Another scenario was presented. In the second scenario the father has been accused by the mother of sexually molesting their child. The Department of Social Services and the police conducted an investigation and concluded that there is insufficient evidence to determine whether or not the father committed sexual abuse. The question of custody is again asked. As a result of the unsubstantiated accusation against the father, 79% of the same respondents stated that sole legal and physical custody should be granted to the mother. Only 15% of respondents felt that the father should be permitted a minimum of 50% visitation with the children. In the final survey question regarding the respondent’s personal opinion of child molesters, 42% stated that they should be “locked away for life” and 48% responded that they should “burn in hell”. Why do so many mothers file false sexual abuse allegations during custody cases? They work. False accusers in this type of case rarely face prosecution.
The judicial system, likewise, responds to alleged child abusers swiftly and aggressively.

Unfortunately for many falsely accused fathers, truth and justice are often niceties which are frequently ignored. Leving (1997) writes, “Based on well-meaning ‘better safe than sorry’ policy, abuse investigators often accept an abuse charge as fact and consider the accused abuser guilty until proven otherwise” (pg 150).This is a significant problem. The US Constitution guarantees that accused persons are to be treated as innocent until proven guilty. In this type of case, however, constitutional safeguards are abandoned. The burden of proof falls upon the accused to prove a negative, or, to conclusively show that an alleged event never occurred. This reversal of constitutional jurisprudence sets a dangerous precedent and ensures the conviction of many innocent men. The destructive power of a false child abuse allegation has been termed “the nuclear option” by law professionals (Tong, 1997).Once this nuclear bomb is dropped, all hope of civil reconciliation is lost. The custody battle escalates into a bitter war.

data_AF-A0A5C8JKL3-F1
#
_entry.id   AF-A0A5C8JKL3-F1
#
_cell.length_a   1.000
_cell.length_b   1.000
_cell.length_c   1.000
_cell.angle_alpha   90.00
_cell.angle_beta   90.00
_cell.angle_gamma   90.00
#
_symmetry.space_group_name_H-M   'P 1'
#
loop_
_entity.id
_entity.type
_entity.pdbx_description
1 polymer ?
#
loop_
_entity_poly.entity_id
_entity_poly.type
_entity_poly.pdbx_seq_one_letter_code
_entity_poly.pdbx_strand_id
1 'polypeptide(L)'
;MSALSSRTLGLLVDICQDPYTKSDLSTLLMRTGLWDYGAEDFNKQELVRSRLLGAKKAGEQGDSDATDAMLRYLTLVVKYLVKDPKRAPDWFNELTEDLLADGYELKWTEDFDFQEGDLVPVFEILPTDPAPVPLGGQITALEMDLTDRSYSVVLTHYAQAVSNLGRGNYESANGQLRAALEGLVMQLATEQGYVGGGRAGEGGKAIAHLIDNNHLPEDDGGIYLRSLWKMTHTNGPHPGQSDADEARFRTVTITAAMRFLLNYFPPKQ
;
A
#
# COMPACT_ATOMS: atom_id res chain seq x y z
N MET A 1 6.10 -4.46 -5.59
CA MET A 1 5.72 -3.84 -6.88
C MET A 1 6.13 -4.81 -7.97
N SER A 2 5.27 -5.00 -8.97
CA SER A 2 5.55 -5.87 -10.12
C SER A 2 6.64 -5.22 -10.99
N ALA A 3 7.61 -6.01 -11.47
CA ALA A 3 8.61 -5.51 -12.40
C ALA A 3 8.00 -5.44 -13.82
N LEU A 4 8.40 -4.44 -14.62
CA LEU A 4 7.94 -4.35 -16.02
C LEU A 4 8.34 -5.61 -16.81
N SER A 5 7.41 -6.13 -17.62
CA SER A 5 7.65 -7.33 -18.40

The prevalence of false accusations is a matter of debate. Disagreement over the proper ratio of false abuse statistics may range anywhere from 20% to 80%.It can be extremely difficult to correctly track the ration of true to false accusations because of the problem in identifying the intent of the accuser. In some instances a mother genuinely believes abuse has occurred. In other instances the mother may not be sure and simply doesn’t know what to do other than to file an allegation of abuse. However, when one considers all factors, including the number of retracted allegations, recantations and the preponderance of cases proven to be dishonest, a fair estimate settled upon by many studies is an average of 77% (Brennan & Brennan, 1994).